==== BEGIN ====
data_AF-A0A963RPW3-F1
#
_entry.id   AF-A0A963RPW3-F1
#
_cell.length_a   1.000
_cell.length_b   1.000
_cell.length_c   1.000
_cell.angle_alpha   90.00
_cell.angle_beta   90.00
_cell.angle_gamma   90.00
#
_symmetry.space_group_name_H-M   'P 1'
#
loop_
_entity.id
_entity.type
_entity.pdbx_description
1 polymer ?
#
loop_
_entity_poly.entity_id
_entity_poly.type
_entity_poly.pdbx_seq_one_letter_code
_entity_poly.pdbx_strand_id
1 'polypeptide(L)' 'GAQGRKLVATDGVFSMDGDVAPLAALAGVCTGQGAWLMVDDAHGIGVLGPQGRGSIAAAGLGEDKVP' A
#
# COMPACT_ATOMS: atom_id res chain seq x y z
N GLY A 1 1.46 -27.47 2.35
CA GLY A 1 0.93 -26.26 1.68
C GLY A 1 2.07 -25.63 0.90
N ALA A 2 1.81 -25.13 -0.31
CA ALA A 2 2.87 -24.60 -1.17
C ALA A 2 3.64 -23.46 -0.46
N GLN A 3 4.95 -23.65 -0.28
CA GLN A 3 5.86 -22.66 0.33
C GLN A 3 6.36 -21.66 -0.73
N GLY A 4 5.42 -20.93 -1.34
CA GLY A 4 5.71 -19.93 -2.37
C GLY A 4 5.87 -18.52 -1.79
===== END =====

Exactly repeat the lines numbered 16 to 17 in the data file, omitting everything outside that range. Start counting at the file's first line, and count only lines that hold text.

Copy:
_entity.type
_entity.pdbx_description